British woman says her daughter’s murder in Goa was hushed up

Panaji, Aug 24 (IANS) Fiona MacKeown, mother of British teenager Scarlett Keeling who was sexually assaulted and left to die on a Goa beach in 2008, continues to believe there was a police-government nexus which tried to hush up her daughter’s murder.

The issue put the spotlight on the women’s safety on Goa’s popular beaches.

“I believe my daughter is murdered. I have seen the injuries on her body and it would have taken some force to injure her like that,” she told reporters on Wednesday outside the Goa Children’s Court, where the trial’s final round of arguments are currently on.

“I think the defence is just trying to make it seem like an accident. I believe she was murdered and I believe that will come through,” she said.

Scarlett Keeling, 15, was sexually assaulted and left to die at Anjuna beach on February 18, 2008, by two beach shack hands, who according to the police had also spiked her drinks.

After initially dismissing the case as a suicide, police were later forced to register a case of attempted murder after a campaign by MacKeown, along with her lawyer Vikram Varma.

Some police officials were also suspended for tampering with evidence at the time. The case was finally handed over to the Central Bureau of Investigation (CBI), by the then Congress-led coalition government of Goa.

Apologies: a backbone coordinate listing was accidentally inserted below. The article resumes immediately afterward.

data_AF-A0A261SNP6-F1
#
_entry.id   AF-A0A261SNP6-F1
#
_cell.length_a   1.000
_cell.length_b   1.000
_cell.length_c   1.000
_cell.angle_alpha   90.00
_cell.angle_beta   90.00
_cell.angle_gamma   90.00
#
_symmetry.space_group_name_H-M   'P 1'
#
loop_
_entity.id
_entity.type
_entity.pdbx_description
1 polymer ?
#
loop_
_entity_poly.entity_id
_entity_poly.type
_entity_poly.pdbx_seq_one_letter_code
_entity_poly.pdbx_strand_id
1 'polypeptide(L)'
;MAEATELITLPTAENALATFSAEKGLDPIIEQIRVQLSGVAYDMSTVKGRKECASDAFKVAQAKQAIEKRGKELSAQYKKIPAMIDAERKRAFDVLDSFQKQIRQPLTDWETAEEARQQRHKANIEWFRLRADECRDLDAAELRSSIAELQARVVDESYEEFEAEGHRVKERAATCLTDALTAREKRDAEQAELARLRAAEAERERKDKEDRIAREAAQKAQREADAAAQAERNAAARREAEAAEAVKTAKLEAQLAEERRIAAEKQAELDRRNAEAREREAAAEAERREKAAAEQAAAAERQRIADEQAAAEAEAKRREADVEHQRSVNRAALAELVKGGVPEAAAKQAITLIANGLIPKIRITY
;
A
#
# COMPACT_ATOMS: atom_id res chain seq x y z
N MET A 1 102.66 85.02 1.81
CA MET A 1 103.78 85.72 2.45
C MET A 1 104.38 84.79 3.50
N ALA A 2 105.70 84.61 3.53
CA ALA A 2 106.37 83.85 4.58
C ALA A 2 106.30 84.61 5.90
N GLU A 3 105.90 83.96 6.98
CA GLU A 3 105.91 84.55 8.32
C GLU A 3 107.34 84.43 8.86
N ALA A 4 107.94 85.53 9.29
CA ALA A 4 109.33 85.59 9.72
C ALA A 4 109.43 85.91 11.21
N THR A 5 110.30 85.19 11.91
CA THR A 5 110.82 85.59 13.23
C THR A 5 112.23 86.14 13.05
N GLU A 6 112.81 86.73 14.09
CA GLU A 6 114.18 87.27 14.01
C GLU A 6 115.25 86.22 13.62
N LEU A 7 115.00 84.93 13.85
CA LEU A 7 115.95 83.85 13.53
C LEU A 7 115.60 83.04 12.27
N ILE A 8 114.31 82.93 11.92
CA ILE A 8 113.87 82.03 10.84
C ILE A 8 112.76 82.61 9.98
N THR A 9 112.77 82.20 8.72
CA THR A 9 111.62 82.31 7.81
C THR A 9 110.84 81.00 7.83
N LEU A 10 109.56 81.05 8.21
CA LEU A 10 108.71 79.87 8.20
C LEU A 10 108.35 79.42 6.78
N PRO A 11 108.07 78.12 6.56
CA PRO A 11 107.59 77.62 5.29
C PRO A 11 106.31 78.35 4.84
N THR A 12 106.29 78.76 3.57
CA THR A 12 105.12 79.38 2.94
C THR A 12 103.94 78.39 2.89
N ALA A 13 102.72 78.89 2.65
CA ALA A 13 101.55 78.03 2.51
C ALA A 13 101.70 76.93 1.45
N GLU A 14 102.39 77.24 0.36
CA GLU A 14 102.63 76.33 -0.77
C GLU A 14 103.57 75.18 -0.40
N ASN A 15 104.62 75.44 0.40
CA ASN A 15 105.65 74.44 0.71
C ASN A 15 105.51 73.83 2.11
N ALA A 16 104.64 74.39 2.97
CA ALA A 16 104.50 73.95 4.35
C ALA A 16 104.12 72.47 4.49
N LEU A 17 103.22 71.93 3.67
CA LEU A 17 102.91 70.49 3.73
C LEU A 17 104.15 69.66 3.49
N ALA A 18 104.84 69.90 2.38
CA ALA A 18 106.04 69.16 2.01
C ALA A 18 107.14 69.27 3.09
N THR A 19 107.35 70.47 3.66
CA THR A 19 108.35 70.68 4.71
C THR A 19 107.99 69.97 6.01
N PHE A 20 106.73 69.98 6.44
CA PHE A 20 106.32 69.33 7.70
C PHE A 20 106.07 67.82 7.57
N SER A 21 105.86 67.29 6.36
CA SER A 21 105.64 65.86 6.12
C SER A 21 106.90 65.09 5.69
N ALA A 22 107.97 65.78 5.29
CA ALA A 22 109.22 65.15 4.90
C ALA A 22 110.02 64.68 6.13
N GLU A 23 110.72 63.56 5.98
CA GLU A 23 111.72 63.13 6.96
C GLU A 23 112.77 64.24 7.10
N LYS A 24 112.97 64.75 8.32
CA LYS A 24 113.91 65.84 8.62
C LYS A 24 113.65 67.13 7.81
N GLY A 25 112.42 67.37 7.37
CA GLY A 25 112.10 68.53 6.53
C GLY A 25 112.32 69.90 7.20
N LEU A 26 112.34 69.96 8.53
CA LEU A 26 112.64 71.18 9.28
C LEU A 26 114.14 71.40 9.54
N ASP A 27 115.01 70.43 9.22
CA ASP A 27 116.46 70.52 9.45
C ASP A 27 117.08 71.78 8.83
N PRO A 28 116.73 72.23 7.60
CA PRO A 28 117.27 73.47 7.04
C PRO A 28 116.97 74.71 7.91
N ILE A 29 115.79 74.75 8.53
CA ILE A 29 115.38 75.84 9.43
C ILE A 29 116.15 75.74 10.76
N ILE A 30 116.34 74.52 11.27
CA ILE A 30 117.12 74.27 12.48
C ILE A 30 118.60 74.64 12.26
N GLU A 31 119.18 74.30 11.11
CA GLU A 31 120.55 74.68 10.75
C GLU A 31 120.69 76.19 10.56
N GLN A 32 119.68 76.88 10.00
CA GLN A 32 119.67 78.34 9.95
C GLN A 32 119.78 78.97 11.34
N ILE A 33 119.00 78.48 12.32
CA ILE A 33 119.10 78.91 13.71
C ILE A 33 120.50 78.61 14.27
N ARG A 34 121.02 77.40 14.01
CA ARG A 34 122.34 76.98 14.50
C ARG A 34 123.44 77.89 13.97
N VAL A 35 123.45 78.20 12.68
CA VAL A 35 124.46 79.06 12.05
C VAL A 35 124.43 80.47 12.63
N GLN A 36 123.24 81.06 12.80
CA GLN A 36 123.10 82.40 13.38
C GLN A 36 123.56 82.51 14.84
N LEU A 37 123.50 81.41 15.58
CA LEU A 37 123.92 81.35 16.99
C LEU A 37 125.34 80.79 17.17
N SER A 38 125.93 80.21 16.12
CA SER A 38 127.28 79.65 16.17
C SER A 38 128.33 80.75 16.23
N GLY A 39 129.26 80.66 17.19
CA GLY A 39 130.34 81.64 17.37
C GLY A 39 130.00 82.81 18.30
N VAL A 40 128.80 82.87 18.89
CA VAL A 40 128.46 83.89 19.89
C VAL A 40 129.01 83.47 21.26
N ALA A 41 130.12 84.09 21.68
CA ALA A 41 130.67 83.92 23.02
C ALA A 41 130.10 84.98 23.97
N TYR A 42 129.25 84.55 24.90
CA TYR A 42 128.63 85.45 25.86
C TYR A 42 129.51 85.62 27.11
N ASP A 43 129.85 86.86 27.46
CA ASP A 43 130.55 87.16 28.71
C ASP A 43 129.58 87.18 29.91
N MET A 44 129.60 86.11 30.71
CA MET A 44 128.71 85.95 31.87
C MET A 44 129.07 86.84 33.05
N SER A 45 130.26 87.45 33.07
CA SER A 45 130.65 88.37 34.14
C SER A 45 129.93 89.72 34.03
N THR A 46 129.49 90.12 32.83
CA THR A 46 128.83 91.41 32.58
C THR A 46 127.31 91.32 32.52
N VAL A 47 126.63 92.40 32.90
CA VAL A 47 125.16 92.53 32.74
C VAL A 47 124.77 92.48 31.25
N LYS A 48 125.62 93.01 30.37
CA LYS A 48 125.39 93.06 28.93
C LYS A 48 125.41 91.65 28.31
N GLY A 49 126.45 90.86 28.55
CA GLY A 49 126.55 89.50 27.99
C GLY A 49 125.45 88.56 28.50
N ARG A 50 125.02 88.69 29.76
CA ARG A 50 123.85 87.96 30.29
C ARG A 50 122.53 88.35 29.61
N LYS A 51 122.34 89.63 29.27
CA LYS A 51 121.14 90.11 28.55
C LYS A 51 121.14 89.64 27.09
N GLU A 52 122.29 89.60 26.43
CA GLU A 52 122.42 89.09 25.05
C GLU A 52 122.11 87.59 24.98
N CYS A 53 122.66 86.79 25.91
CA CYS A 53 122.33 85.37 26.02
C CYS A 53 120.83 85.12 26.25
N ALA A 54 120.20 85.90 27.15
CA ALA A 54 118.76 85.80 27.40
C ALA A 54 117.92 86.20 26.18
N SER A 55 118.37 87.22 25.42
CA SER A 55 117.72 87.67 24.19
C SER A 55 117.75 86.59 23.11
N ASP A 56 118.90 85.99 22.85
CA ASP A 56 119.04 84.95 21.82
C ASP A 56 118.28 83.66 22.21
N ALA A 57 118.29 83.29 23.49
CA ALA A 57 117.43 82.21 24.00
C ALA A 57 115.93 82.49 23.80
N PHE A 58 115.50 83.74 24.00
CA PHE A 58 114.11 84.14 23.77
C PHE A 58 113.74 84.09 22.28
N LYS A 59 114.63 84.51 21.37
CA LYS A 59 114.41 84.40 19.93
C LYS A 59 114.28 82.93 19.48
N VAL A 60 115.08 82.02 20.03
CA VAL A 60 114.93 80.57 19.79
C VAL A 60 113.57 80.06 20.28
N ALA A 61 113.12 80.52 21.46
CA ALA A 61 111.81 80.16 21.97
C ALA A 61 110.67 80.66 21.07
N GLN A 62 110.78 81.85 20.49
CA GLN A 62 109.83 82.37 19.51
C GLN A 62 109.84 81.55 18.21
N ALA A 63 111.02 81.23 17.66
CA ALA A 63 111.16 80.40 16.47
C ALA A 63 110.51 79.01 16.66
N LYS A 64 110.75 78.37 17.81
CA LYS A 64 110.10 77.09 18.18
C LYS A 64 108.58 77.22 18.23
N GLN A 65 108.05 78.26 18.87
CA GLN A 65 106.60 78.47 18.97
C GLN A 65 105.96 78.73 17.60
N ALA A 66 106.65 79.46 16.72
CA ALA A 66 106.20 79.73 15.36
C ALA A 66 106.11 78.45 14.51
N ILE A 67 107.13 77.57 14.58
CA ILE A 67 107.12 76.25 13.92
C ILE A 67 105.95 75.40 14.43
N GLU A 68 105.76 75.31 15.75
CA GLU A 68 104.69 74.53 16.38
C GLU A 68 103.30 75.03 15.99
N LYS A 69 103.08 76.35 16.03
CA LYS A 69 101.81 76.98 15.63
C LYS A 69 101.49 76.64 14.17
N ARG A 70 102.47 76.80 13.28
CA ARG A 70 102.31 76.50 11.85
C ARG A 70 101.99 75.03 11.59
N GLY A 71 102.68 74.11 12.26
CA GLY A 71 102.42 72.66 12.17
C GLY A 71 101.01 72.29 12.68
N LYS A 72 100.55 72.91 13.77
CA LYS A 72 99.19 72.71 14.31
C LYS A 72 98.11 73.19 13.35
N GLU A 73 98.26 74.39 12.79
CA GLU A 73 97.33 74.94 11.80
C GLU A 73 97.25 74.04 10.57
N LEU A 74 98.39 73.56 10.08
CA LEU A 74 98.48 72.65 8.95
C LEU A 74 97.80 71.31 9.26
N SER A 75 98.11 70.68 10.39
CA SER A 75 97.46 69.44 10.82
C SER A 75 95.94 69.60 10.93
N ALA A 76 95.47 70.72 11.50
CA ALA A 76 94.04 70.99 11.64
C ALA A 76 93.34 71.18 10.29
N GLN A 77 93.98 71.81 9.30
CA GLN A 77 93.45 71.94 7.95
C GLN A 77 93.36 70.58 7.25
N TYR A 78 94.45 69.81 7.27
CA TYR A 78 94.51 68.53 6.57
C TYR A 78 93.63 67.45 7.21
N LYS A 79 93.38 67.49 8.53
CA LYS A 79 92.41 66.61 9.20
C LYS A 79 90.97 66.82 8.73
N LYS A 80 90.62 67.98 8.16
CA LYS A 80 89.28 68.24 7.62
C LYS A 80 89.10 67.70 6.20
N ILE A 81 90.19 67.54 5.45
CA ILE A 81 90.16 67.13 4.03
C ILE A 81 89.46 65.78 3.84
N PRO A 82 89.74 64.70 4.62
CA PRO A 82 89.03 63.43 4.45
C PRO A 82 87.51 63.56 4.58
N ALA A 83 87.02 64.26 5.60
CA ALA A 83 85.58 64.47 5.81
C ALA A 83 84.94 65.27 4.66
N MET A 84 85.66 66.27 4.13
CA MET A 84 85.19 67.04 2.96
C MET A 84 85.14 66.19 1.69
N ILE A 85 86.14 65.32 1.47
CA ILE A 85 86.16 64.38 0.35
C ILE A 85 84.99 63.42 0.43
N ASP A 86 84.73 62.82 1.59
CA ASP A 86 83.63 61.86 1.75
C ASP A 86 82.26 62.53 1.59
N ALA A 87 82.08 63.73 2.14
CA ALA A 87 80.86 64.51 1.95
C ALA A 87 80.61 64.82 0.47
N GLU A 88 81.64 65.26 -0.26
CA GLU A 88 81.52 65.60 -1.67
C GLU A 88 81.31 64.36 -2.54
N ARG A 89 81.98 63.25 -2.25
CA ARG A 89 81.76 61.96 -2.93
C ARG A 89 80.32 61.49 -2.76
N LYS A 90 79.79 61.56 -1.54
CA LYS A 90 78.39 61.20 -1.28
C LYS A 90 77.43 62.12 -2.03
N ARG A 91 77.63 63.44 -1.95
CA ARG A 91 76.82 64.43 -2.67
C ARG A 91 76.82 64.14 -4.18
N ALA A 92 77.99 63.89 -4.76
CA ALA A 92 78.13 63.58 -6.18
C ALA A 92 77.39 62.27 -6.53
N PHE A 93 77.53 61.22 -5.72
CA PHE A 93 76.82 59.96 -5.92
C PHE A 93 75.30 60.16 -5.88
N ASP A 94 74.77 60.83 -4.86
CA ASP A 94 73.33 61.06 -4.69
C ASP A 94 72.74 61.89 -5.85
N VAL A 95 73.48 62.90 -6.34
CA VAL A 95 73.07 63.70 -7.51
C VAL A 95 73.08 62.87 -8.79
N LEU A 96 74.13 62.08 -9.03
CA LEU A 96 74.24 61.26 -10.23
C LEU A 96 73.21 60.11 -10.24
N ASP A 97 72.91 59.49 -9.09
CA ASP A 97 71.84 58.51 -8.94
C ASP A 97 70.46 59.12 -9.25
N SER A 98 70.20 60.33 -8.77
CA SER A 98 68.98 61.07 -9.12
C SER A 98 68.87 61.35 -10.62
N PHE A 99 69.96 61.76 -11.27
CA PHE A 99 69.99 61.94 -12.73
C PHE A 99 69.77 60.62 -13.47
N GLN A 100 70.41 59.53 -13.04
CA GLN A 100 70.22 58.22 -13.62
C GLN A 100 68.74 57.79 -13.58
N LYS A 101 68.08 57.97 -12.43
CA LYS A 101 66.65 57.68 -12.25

The trial into the Keeling case started in 2010 and nearly 70 witnesses were examined over the past six years.

MacKeown, who in her statement to the Goa Children’s court had accused former Home Minister Ravi Naik and his son of trying to cover up the probe into her daughter’s death, now says a change in government had given her an element of hope.

“I think much has changed since the last eight years. I think police interfered and tried to cover it (the investigation) up. It was supported by the government, some of the police and some (from) the government. Now it is seems different,” she said.

“There is a different government in place. Some of the policemen who were there, are not there. But I do hope the change is for the better,” she added.



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